A report from the Brookings Institution maps the digital divide across the country. Lack of access to broadband is a rural problem. Lack of adoption is an urban issue. The latter problem doesn’t get much attention from elected officials and policy makers.

Neighborhood-level maps clearly illustrate digital inequality in the City of Rochester. The neighborhoods where only 20 to 40 percent of households have wireline broadband internet fill “The Crescent,” the high poverty census tracts that circle downtown. On a regional basis, 14.5 percent of the population lives in low-subscription neighborhoods, which mirrors the poverty rate.

Wireline, or fixed, broadband is important infrastructure. It’s high speed. There are no data caps. All devices can connect to the network, and tap the internet’s full potential.

Households without broadband internet may not be able to fully participate in the digital economy. Children may not be able to develop necessary digital skills and take advantage of educational opportunities. School districts serving these children are limited in providing digital curricula.

Mapping the digital divide on the neighborhood level, as Brookings has done, is important. We can see areas that need intervention. Income and education are the greatest predictors of having a broadband subscription. Barriers to adoption include price, lack of equipment and lack of knowledge about how to navigate software and the internet.

Brookings suggests localities look at ways to foster competition. In Rochester, the mayor has embraced a low-cost plan by Spectrum, which hasn’t been shown to increase adoption and has many limitations. (Warren received a donation from Spectrum’s parent company right before the mayoral primary.)

The Rochester City School District wants to utilize existing government-owned fiber networks to deploy fiber to every home at no charge. A feasibility study showed this can work. But a lack of support on the local and state levels is forcing the district to look at other alternatives, including working with the Rochester Housing Authority to set up common areas with Wifi.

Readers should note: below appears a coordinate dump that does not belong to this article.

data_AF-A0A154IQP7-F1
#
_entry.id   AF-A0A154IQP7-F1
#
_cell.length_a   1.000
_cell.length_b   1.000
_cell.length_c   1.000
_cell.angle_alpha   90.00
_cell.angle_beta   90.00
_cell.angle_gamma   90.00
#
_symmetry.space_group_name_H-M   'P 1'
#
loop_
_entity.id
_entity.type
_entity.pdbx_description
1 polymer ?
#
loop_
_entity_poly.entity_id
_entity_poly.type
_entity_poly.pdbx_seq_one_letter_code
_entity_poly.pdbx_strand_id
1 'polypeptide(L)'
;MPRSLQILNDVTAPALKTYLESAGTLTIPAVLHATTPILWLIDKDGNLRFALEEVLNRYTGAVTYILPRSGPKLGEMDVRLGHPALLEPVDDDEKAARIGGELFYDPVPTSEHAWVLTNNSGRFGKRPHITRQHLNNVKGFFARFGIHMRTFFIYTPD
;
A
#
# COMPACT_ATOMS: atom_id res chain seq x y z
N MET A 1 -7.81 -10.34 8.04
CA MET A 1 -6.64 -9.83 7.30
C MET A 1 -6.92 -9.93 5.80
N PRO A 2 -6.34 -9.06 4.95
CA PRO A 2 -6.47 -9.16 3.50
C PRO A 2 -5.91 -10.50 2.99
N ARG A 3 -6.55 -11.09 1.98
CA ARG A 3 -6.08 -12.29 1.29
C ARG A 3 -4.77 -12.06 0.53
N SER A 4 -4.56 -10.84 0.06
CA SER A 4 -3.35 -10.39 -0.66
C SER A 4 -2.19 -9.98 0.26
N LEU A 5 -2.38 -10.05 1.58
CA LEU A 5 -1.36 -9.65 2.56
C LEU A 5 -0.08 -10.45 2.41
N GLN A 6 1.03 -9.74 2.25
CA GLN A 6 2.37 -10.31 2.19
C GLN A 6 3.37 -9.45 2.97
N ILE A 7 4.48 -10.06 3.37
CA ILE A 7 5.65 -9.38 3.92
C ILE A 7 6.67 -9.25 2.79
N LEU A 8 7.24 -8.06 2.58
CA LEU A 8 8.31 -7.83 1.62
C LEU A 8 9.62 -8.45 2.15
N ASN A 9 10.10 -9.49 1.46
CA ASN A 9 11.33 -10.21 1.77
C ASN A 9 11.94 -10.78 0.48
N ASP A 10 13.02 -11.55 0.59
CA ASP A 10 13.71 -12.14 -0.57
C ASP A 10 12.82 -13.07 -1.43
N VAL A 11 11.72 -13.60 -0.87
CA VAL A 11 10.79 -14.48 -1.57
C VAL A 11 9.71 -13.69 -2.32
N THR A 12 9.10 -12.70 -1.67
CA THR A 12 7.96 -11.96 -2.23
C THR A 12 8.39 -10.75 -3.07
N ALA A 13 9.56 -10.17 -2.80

It’s no coincidence our most challenged urban neighborhoods are the least connected. The digital divide exacerbates inequality. Yet it remains a low priority for local and state leaders, who are satisfied if broadband cables run through a neighborhood, even if few are actually online.

  1. Speaking as an AmeriCorps*VISTA alumnus (1999-2001) whose goal was to address the Digital Dividen in the NE quadrant of Rochester, this report comes as no surprise. The minute the Clinton Administration ended so did all efforts by any entity to address the divide.

    I’m glad that the Brookings Institute looked at the use of data plans through wireless carriers by the communities that are still struggling with the digital divide. While computers have come down in price a great deal over the last two decades but when you have a limited income, where you have to choose between a phone vs a computer + broadband but due to expense but not both, it’s not hard too see why the results of Institute’s report fell along Rochester’s Crescent.

  2. Jeff Welcher says:

    Would have been nice to have spent the fast ferry money on free citywide WiFi. We could have been amongst the first in the country to offer this ~2003 and fostered countless aspects of economic growth. Instead we’re still paying for the ferry.

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